Should Christians Weep at Death?
TENTH SUNDAY OF ORDINARY TIME (C)
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The shortest verse in the Bible is John 11:35 — “Jesus wept.”
The occasion for our Lord’s sadness was the death of His friend Lazarus. Even though Jesus would soon call Lazarus forth from the tomb, his death was still reason enough to cause our Lord to grieve. The message is profound. God Himself is saddened by death.
Christians who have suffered the death of a loved one know the schizophrenia that can accompany such loss. On the one hand you are deeply saddened by their passing. On the other, your faith tells you that they are now in the hands of God, hopefully rejoicing with the saints in heaven (or perhaps enduring that final purification in Purgatory that will lead them to that reward). People may tell you to be happy that your loved one is now with the Lord. You may even feel guilt over your sadness.
This is the result of well-meaning, but ill-thought-out theology around death. Christians needn’t feel that they are lacking faith in Christ if they mourn the loss of a loved one. Even Jesus wept.
Lazarus was not the only person Jesus raised from the dead. In our gospel reading for this Sunday (Lk 7:11-17) Jesus raises the dead son of an unnamed widow from Nain. In this instance, Jesus comforts the grieving mother by telling her, “Do not weep.” Then our Lord shows His power over life and death by bringing her son back to life even as he was being carried on his funeral bier.
Death is unnatural. It is not part of God’s plan for us, and so Jesus rightfully is grieved by it. So it’s OK if death grieves you, as well. It should.
God is God of the living (Lk 20:38), the Lord of life. When He made man, He breathed life into him, just as he breathed life into the child raised by Elijah’s prayer in our first reading (1 Kgs 17:17-24). Life is God’s gift to us. It is a gift our first parents rejected by original sin. And so death has been with us from the beginning, but it is not part of our original nature. God made mankind a composite creature — we are body and soul, flesh and spirit, material and immaterial. These two parts of us are meant to be together. Death occurs when the soul and the body are separated. God’s creation is torn asunder.
A body without a soul is a corpse. A soul without a body is a ghost. Ghosts and corpses disturb us not because of what they are, but because of what they are not. Neither is complete. Both represent the loss of the whole. Death is imperfect.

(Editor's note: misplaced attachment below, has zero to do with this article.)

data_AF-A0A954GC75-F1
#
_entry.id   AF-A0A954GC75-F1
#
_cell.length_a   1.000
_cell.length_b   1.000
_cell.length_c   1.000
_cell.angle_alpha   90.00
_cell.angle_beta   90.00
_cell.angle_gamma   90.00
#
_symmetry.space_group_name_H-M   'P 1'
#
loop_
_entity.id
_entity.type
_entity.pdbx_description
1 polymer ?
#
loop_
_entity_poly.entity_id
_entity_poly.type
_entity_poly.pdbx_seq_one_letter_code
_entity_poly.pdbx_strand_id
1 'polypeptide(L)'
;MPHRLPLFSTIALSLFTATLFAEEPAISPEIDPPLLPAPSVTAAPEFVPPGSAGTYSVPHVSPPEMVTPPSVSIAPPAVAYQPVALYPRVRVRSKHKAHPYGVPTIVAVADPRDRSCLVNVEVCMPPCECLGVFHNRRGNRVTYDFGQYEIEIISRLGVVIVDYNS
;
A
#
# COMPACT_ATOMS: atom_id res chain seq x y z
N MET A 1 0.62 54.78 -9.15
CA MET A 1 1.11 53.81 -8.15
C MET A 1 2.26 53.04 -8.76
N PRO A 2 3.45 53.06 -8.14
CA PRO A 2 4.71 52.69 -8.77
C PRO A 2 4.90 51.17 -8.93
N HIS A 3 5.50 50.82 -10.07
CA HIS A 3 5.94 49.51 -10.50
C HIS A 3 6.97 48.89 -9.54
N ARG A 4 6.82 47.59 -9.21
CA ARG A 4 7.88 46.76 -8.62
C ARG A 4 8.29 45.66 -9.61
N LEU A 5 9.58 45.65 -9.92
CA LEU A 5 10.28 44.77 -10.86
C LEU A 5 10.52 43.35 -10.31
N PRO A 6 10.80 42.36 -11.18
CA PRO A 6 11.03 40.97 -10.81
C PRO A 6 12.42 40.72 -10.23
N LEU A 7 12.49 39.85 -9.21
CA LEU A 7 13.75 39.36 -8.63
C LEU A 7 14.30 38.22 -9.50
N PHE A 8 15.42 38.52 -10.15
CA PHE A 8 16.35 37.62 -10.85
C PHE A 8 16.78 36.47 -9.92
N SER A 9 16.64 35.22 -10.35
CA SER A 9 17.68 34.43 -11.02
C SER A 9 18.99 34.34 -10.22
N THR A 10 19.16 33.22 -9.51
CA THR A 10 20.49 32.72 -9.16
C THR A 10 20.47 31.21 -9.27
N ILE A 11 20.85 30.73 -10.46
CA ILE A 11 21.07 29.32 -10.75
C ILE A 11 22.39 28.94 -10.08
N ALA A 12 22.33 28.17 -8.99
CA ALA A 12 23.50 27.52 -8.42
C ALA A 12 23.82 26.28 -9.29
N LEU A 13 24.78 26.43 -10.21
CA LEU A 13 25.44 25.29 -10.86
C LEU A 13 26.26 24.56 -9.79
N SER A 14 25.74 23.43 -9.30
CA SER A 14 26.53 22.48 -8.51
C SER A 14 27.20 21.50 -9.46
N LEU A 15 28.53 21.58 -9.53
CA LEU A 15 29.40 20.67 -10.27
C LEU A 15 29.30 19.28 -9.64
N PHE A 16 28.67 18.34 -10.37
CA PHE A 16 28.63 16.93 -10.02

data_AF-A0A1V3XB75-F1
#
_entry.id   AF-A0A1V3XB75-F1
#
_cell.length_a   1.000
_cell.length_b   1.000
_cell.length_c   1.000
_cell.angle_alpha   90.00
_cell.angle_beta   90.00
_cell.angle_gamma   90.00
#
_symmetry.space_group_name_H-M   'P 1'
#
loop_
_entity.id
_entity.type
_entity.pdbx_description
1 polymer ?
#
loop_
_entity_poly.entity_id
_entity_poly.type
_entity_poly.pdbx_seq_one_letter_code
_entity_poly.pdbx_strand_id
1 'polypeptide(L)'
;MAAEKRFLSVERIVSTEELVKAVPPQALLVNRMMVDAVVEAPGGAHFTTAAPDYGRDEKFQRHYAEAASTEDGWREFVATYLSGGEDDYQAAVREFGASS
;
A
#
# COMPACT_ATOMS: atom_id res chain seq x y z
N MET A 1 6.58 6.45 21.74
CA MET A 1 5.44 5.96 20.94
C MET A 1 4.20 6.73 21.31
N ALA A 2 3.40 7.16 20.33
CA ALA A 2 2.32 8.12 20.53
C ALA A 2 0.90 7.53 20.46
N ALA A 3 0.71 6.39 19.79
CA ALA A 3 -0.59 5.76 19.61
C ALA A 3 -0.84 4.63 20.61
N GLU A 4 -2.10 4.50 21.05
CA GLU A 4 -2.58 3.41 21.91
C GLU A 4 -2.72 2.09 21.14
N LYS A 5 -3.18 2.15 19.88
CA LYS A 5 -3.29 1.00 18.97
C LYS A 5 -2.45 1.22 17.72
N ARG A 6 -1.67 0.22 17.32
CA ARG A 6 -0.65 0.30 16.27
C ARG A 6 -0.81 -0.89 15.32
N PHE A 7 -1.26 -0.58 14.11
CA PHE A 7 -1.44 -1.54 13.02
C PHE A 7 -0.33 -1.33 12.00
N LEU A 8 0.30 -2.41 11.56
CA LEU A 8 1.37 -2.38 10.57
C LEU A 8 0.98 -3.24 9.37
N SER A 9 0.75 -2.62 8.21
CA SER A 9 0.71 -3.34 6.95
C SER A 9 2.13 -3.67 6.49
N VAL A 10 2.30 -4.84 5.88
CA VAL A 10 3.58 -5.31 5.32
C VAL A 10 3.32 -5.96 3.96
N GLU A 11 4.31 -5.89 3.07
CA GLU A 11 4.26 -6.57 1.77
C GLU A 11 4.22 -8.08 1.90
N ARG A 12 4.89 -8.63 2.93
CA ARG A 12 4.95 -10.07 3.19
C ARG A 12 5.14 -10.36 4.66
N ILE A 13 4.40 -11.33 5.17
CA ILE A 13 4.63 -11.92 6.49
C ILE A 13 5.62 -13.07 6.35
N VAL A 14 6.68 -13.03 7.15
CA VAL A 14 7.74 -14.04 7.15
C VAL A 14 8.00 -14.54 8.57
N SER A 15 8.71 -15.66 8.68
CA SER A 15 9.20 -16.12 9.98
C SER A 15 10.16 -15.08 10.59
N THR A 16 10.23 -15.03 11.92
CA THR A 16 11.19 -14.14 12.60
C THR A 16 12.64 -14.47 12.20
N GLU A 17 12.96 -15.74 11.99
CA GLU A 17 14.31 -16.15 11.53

This is why even before Christ, most Jews (except for the Sadducees) believed that there would be a physical resurrection at the end of time. The souls of the dead would be reunited with their physical bodies. This is why one of the signs of the coming of the Messiah was the rising of the dead. Just after this episode in Luke’s gospel, Jesus tells the disciples of John the Baptist, “Go and tell John what you have seen… the dead are raised up.” John would know that meant one thing: the Messiah has come.
But if Jesus, the Messiah, has come to conquer death, why do people still die? Lazarus died again. The widow’s son died again. All those disciples who saw these miracles and believed in Jesus died. How, then, can we say that Jesus conquered death?
Our God is a God of surprises. The Son of God did not conquer death by making it so that no one ever dies again. That might be how you or I would do it. But God overcame death in a surprising way– by embracing it. Jesus came not to take the pain of death away from us, but to suffer it Himself and come out the other side. He transformed what was the result of our sin into the means of our salvation. Christians, then, no longer run away from death in fear and trembling. We approach it with hope and courage, arm in arm with Christ our Lord, who will lead us through death into life.
The Catechism of the Catholic Church teaches that Jesus “has transformed the curse of death into a blessing” (CCC 1009).
Because of Christ, Christian death has a positive meaning… What is essentially new about Christian death is this: through Baptism, the Christian has already “died with Christ” sacramentally, in order to live a new life; and if we die in Christ’s grace, physical death completes this “dying with Christ” and so completes our incorporation into Him in His redeeming act… In death, God calls man to Himself. Therefore the Christian… can transform his own death into an act of obedience and love toward the Father, after the example of Christ (CCC 1010-11).
Death is unnatural. It is a consequence of sin. It is not what God wants for His children. Therefore it is right that we should be grieved by it. “Jesus wept.”
Yet death is not the victor. God’s Son died for us and rose from the dead so that we may not only live, but live forever in His blessed friendship. Therefore the Christian can approach death with the sure hope of faith in Christ. “Do not weep.”
What should we do when death enters our lives? We should follow the example of Jesus by comforting those who mourn. We should share their sorrow and weep with them. We should pray for those who have died, that they may enter peacefully into God’s mercy. And we should pray, also, that we may hold fast to the faith, remain in God’s friendship, and always be prepared for that day when we will be called to cross over that threshold and enter into eternity with Christ our Lord.